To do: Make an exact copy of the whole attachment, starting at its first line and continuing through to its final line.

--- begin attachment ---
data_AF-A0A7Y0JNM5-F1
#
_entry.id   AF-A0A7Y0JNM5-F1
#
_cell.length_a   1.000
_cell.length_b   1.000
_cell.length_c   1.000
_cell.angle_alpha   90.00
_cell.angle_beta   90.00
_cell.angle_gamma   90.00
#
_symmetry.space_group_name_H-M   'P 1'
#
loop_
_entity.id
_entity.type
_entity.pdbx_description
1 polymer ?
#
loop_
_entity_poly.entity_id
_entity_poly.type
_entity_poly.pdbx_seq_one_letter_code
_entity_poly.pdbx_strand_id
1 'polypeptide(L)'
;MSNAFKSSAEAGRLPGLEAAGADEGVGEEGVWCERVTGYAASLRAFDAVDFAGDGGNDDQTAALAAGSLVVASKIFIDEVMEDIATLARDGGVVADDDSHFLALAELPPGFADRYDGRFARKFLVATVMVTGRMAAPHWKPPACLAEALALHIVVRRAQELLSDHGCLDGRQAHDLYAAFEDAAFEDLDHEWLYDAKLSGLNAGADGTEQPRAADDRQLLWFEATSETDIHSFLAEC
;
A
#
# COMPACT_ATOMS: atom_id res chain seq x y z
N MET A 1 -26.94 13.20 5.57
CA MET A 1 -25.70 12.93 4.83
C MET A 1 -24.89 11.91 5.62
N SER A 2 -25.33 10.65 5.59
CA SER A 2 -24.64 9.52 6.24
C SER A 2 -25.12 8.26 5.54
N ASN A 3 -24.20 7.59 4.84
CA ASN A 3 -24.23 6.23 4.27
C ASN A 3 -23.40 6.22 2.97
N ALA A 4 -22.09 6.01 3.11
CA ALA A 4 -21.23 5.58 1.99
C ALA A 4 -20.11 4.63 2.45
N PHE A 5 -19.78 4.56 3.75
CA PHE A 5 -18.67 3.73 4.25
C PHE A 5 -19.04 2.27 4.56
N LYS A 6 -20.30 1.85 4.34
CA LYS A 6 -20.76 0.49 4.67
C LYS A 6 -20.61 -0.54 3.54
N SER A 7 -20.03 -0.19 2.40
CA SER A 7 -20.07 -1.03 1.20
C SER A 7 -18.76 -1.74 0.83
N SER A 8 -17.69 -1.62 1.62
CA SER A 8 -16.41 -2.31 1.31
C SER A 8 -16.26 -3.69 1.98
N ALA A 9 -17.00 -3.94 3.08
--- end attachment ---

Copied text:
data_AF-A0A7Y0JNM5-F1
#
_entry.id   AF-A0A7Y0JNM5-F1
#
_cell.length_a   1.000
_cell.length_b   1.000
_cell.length_c   1.000
_cell.angle_alpha   90.00
_cell.angle_beta   90.00
_cell.angle_gamma   90.00
#
_symmetry.space_group_name_H-M   'P 1'
#
loop_
_entity.id
_entity.type
_entity.pdbx_description
1 polymer ?
#
loop_
_entity_poly.entity_id
_entity_poly.type
_entity_poly.pdbx_seq_one_letter_code
_entity_poly.pdbx_strand_id
1 'polypeptide(L)'
;MSNAFKSSAEAGRLPGLEAAGADEGVGEEGVWCERVTGYAASLRAFDAVDFAGDGGNDDQTAALAAGSLVVASKIFIDEVMEDIATLARDGGVVADDDSHFLALAELPPGFADRYDGRFARKFLVATVMVTGRMAAPHWKPPACLAEALALHIVVRRAQELLSDHGCLDGRQAHDLYAAFEDAAFEDLDHEWLYDAKLSGLNAGADGTEQPRAADDRQLLWFEATSETDIHSFLAEC
;
A
#
# COMPACT_ATOMS: atom_id res chain seq x y z
N MET A 1 -26.94 13.20 5.57
CA MET A 1 -25.70 12.93 4.83
C MET A 1 -24.89 11.91 5.62
N SER A 2 -25.33 10.65 5.59
CA SER A 2 -24.64 9.52 6.24
C SER A 2 -25.12 8.26 5.54
N ASN A 3 -24.20 7.59 4.84
CA ASN A 3 -24.23 6.23 4.27
C ASN A 3 -23.40 6.22 2.97
N ALA A 4 -22.09 6.01 3.11
CA ALA A 4 -21.23 5.58 1.99
C ALA A 4 -20.11 4.63 2.45
N PHE A 5 -19.78 4.56 3.75
CA PHE A 5 -18.67 3.73 4.25
C PHE A 5 -19.04 2.27 4.56
N LYS A 6 -20.30 1.85 4.34
CA LYS A 6 -20.76 0.49 4.67
C LYS A 6 -20.61 -0.54 3.54
N SER A 7 -20.03 -0.19 2.40
CA SER A 7 -20.07 -1.03 1.20
C SER A 7 -18.76 -1.74 0.83
N SER A 8 -17.69 -1.62 1.62
CA SER A 8 -16.41 -2.31 1.31
C SER A 8 -16.26 -3.69 1.98
N ALA A 9 -17.00 -3.94 3.08